How are you doing today and what does the future look like?

We are extremely pleased to say that we will, in fact, be publishing Kill Merlin!. It will be carried in at least 18 retail stores and will be distributed to hundreds of backers.

The retail success was primarily the result of my attending an event at Games of Berkeley called Locally Grown Sunday, which features a few local bay area designers and their games.


We set up in front of the store and invited people to learn the game. We had a great reception at that event, and between our first and second visits, people had come to the store asking whether they could buy Kill Merlin! yet.

The owner of the store also asked some of his employees to learn the game, and they enjoyed it as well. So, he asked me if we would be having a retailer tier on our Kickstarter campaign. When I asked him what that was, he explained the premise, which is essentially to take some pledge amount (he suggested $50) as a "reservation", and then work out the retail order offline. He also directed me to a Facebook group specifically for game retailers who back Kickstarters.

When I was ready with my retail offering, I posted about it in the Facebook group to get feedback. The owner of Games of Berkeley chimed in saying that he had enjoyed hosting our playtesting and was excited to stock it, which basically created a pile-on of other retailers who trust his judgment. That phenomenon led to the first dozen or so retail backers, many of whom backed on the first day. I also sent over 200 emails to stores throughout the US, Canada, and the UK, and got a few more retail backers that way.

We have a website,, which is a great place to visit for the latest news about the game. It will contain links to pre-order / buy Kill Merlin!, so I expect it will be a great place to continue communicating with people. Though, social media seems to now occupy most of the informational space that websites used to fill.

I have yet to iron out the details around final manufacturing and shipping costs, but I believe I have pretty close estimates. My next goal is to make enough money from the run to be able to afford a second run of the game, perhaps with a base version and a few add-ons. A second run of the game would mean growth for this sort of business.

To be perfectly honest, I'm not entirely sure what the future holds for Kill Merlin!, what growth will look like, or how exactly I'm going to achieve it. Perhaps that's a story for next time.

Through starting the business, have you learned anything particularly helpful or advantageous?

I've learned a ton about the business of board game design, marketing, and manufacturing. I've learned that it's ok to try, it's ok to succeed, and it's ok to fail. The reality, I think, is that there is no absolute success or failure anyway. Getting back to the original purpose, this was a project I started with my kids, and by seeing it through to the end, I get to teach them a lesson.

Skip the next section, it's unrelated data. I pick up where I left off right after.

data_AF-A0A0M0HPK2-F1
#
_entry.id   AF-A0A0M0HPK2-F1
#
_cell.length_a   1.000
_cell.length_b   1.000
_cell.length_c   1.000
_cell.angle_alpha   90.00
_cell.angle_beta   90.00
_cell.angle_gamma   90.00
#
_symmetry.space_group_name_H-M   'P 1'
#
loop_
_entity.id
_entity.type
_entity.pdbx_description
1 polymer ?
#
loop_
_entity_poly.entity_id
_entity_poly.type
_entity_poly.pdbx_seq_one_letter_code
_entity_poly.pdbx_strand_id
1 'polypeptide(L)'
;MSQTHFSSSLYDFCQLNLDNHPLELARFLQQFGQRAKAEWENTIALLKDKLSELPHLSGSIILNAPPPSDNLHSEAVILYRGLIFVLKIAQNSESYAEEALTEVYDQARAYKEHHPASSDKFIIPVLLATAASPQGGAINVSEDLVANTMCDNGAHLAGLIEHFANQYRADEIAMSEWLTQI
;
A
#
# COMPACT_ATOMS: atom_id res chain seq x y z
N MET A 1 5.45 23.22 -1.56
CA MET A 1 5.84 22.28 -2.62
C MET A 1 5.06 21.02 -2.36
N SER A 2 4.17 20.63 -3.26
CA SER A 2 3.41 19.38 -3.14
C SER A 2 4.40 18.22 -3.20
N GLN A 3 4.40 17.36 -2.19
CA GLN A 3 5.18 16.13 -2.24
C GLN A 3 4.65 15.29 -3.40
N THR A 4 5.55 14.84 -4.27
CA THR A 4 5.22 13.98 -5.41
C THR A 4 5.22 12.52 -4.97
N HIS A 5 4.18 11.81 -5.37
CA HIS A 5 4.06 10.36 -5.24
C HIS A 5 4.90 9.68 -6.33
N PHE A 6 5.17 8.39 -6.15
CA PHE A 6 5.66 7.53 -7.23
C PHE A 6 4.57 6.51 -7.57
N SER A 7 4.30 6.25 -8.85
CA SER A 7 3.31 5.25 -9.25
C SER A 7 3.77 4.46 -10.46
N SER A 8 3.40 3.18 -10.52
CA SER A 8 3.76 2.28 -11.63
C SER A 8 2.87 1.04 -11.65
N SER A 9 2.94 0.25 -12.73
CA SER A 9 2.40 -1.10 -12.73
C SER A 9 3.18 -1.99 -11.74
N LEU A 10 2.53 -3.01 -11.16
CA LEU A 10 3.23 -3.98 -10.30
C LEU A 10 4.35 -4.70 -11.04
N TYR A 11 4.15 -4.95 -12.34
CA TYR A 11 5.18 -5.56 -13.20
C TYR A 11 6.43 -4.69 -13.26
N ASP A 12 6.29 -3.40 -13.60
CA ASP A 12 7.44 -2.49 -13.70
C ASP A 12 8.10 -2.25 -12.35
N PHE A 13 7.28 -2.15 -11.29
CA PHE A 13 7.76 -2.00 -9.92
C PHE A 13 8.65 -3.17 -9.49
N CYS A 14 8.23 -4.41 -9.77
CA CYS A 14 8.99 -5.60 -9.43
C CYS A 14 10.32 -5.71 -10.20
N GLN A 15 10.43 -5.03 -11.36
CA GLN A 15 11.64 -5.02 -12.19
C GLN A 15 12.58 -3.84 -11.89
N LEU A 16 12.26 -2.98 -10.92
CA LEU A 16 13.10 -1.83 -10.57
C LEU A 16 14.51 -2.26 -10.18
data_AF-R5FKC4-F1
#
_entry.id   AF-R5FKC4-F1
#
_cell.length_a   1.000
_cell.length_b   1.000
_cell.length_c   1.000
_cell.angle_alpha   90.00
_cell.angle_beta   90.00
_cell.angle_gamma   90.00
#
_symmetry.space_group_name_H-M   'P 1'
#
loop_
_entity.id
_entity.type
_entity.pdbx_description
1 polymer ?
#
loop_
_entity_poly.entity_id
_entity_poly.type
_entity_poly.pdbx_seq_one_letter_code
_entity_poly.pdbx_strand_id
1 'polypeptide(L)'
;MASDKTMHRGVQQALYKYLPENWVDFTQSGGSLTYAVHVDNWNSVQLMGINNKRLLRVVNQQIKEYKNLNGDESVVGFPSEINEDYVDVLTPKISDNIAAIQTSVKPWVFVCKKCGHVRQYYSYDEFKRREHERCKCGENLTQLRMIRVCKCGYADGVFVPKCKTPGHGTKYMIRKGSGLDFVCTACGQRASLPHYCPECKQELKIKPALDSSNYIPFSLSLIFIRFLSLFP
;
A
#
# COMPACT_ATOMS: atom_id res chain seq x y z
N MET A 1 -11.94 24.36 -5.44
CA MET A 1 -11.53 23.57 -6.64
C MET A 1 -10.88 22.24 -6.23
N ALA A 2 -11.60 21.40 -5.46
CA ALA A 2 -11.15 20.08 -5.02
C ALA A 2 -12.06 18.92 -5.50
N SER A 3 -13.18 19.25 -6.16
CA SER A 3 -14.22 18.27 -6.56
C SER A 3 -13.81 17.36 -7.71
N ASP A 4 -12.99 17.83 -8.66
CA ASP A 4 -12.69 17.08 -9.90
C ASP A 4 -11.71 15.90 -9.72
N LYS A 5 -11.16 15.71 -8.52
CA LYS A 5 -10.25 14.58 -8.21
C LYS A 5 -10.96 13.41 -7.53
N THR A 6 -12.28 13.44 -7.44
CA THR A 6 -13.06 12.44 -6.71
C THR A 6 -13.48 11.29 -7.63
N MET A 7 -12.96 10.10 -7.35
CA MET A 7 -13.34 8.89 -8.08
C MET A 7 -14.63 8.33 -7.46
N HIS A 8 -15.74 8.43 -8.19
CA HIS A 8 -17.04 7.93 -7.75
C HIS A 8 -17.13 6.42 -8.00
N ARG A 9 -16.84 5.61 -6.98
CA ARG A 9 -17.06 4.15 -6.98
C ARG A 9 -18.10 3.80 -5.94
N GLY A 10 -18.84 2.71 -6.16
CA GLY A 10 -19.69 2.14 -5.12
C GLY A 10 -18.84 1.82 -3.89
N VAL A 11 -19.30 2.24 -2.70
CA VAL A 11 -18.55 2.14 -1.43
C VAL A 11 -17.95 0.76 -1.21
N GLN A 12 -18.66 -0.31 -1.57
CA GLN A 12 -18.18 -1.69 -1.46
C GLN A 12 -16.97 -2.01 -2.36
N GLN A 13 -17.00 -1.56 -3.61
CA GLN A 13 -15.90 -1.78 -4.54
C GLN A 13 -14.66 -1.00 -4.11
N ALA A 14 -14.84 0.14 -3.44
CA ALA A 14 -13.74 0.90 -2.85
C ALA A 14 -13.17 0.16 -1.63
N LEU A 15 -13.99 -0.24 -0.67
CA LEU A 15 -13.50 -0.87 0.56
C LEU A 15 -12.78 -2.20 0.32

At the end of the day, I’m a dad (and, perhaps, a human) who likes to lead by positive example. I want to show Zev and Zane that the act of creation is fun and achievable. So many people go through their lives without many out-of-the-box moments or ideas, and most of them do not follow through with action. So, aside from the fact that Kill Merlin! is super fun and worth sharing with the world, the Kickstarter campaign is also a way to share this act of creation with my children, to be a positive role model, and to prove that dreams can be realized through planning and action.

Whether we have or have not been completely successful with this Kickstarter, I’ll feel like I have done the right thing by putting in the effort and sharing the experience with my children. Working on this project with them creates a memory that we will all cherish, and even failure provides life lessons and opportunities to learn.

What have been the most influential books, podcasts, or other resources?

Here's some required reading for board game design includes:

There are a lot of resources and a lot of people who are interested in tabletop gaming. There's a lot of material, it would be impossible to absorb it all.

Where do we want the business to go from here?

I would love it if we are able to sell out the first run of Kill Merlin! and order a second run of the game. It would be fantastic if we get picked up by a few distributors, which will make it easier to get into more retail stores.

Perhaps we'll release an expansion for Kill Merlin!. It takes a long time to become truly profitable in the board game business, so I want to make sure I don't lose sight of what I really love about this project, which is designing and playing games with my children.

Where can we go to learn more?

The Kickstarter campaign for Kill Merlin! is live until October 18, 2018. Here is the link:

Once the campaign is complete, the link will continue to work, it will lead you to the pre-order page and ultimately to the storefront where you can buy Kill Merlin!. You can always visit for more information.